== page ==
‘Outer Banks’ stars: Pogues want stability, but adventure is always calling them


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"Outer Banks" Season 3 premieres Thursday. Photo courtesy of Netflix

“Outer Banks” Season 3 premieres Thursday. Photo courtesy of Netflix

NEW YORK, Feb. 23 (UPI) — The stars of Outer Banks say their young adult characters are torn between seeking stability and yearning for adventure in Season 3.

Primarily set in contemporary North Carolina, the mystery-drama returns with fresh episodes Thursday on Netflix.

At the center of the sun-soaked story are best friends John B. (Chase Stokes), Pope (Jonathan Daviss) and JJ (Rudy Pankow), financially disadvantaged teens known as the Pogues who have little adult supervision where they live and work on the barrier islands, frequently butting heads with the rich, privileged locals and tourists they call Kooks.

Over the course of three seasons, the Pogues attempt to improve their lives and secure their futures by trying to find a hidden treasure, a quest that has them running from various villains, as well as the law, and taken them far from home.

“Their backs have been up against the wall since the very first second the show starts,” Stokes reminded UPI in a recent Zoom interview.

“Their whole goal is just to find something to keep them consistent. As we know with this show, consistency is never really a thing, so we’ll see where it goes from there.”

The most stable parts of the guys’ lives, at this point, are the friendships they have forged with each other and free-spirited Kooks Kiara (Madison Bailey) and Sarah (Madelyn Cline.)

“They have their ‘found family.’ They are trying to keep themselves together. They’re trying to keep their heads above water,” Daviss said of Pope, John B. and JJ.

“They’ve been gone so long and they are trying to readjust to these lives that they haven’t lived in a while, but that call to adventure is always there, so it’s hard for them to find stability when they know they’ve got to keep throwing themselves head-first into this treasure hunt.”

Stokes credits part of the series’ popularity to the fact that it premiered in 2020 during the coronavirus pandemic when much of the world’s population was stuck at home for months.

“A lot of the experiences that the Pogues were going through and the [sense of] adventure had been lost because we had been shut down and the world was very isolated,” Stokes noted.

“I think the initial reaction [to it] was that longing for adventure, that longing for human connection and now [the show] just continues to dive deeper into the dynamics of friendships and relationships of, not just the world, but themselves. Sometimes, in society, we are closed off to that. It is a really beautiful thing for people to do the deep dives and search within themselves to figure themselves out.”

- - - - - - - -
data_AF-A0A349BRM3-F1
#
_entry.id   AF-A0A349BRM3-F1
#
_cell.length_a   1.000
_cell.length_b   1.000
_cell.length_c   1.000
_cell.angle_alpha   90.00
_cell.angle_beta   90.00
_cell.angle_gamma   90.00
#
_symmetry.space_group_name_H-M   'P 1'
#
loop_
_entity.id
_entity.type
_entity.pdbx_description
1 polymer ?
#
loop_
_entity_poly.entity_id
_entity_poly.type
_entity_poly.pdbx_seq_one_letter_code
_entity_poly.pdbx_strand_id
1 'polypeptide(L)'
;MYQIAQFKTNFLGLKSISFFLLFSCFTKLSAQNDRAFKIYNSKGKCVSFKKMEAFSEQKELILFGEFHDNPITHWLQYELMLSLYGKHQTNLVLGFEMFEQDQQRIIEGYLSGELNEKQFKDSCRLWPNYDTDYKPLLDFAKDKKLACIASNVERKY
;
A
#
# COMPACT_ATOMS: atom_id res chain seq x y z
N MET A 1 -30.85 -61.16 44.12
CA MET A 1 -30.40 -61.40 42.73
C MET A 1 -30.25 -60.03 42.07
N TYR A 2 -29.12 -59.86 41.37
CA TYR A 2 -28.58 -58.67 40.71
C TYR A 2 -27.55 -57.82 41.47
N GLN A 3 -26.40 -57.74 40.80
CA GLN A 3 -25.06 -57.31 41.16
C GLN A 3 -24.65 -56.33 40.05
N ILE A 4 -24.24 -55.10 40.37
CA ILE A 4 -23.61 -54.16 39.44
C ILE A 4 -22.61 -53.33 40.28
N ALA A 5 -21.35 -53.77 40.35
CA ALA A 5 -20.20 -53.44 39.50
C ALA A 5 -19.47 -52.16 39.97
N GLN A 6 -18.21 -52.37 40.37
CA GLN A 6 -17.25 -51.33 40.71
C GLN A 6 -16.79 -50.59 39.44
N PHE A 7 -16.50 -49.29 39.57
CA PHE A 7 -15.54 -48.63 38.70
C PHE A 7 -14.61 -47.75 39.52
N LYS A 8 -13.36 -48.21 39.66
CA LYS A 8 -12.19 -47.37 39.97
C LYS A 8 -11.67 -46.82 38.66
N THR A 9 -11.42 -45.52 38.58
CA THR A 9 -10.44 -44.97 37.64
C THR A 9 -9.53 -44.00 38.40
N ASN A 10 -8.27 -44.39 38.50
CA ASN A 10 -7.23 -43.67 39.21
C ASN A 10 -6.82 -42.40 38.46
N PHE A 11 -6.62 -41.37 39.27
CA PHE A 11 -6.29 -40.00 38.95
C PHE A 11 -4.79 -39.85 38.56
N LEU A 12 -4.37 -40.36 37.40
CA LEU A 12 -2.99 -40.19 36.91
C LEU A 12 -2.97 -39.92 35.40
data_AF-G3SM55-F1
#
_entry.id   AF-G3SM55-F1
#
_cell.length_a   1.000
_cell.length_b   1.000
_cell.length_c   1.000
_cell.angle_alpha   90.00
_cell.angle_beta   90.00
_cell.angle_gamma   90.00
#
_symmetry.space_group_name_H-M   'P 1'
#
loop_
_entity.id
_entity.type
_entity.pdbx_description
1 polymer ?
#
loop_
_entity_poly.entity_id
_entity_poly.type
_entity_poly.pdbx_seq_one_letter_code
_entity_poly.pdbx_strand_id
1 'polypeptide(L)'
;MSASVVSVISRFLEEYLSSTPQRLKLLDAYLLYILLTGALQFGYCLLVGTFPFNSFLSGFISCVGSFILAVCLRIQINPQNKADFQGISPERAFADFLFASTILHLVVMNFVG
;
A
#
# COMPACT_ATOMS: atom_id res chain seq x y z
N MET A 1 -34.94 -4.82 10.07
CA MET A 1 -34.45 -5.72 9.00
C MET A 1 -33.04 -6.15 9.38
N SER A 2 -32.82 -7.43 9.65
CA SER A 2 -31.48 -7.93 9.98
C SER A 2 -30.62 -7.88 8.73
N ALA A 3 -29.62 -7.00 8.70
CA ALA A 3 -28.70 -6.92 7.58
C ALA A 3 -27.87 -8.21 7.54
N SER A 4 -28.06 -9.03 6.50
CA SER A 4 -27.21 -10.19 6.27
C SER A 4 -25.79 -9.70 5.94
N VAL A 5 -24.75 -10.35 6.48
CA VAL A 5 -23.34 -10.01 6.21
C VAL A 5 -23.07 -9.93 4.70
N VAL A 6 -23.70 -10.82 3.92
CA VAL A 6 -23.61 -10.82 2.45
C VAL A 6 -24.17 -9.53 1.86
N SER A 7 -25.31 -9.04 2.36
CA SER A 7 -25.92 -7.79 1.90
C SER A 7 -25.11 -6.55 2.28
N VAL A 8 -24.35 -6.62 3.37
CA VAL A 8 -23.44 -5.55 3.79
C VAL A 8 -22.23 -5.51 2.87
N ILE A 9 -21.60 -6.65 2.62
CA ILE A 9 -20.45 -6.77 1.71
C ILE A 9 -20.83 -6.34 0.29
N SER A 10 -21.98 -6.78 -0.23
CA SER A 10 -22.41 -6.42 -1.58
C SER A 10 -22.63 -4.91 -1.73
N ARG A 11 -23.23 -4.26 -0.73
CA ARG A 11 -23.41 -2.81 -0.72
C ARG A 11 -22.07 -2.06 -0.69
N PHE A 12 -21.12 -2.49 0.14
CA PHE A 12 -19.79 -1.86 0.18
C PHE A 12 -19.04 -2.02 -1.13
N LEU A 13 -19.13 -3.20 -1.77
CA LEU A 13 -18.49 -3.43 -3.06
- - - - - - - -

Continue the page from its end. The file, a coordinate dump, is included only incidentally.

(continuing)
In showing the friends frequently laughing, swimming, surfing and fishing in gorgeous locales, while portraying the wealthier residents and tourists as bored, greedy and/or angry, Outer Banks drives home the point that money truly can’t buy happiness.

“Money and quality of life, I think people mix it up, especially the Pogues,” Pankow said. “We’re raised thinking money brings quality of life and I think in Season 3, they are realizing maybe it’s not. Slightly.”

“Money can buy you a jet ski, but jet skis break a lot,” Stokes quipped.

“Money can also fix your jet ski,” Daviss chimed in.

Bailey agreed that Outer Banks has always been a show about haves and have nots, but she said the friends will begin to appreciate how lucky they actually are in Season 3, which she described as “emotionally challenging” to play.

“What we have right in front of us is more important than [wealth]. I think that hits hard this season,” she emphasized. “We get the message, but chasing the money is what built the family and friendships and I think, by the end of it, we don’t need that to keep the bond.”

Cline chimed in, “The best things in life are free.”

The actors, who are older in real life than the characters they play, said that working on the action-packed show can be physically demanding, with Daviss laughing and likening the experience to competing in a triathlon.

“It’s like you’re going to run for six miles and then you’re going to swim for six miles and why don’t you bear-claw through the mud while you’re at it?” he said. “We’re on bikes! We’re not teenagers, so we have to go to the gym and focus on staying in shape.”

Stokes joked that, at 30 years old, he’s “starting to get aches and pains from the John B. lifestyle.”

“I’m never in better shape than I am when we are shooting the show because of the amount of running and swimming we have to do,” Cline said.

“I don’t work out for the six months we are shooting because, when I’m on set, I’m getting the job done,” Bailey said.

The show’s beautiful and sometimes wild environs go a long way towards helping the cast get into their characters.

“There’s not a lot of acting sometimes when it comes to facing the elements, which I think reads as very truthful,” said Cline. “It really helps with the authenticity and very visceral feeling of the show.”


Carlacia Grant, who joins Outer Banks full-time this season as Pogue collaborator Cleo, said the show — which has already been renewed for a fourth season — appeals to viewers of all different ages and demographics.

“Everyone can really find something to connect to, whether it’s fun or love or romance, or treasure and adventure,” Grant added. “You can see yourself in any character.”

Bailey thinks the theme of people finding their tribe while they are still in their teens is resonating with audiences.

“I wanted that when I was that age,” she said. “They’ve already found their group. A lot of times you find your lifelong friends a little later. People really connect with the fact that we’ve built a bond at a young age.”



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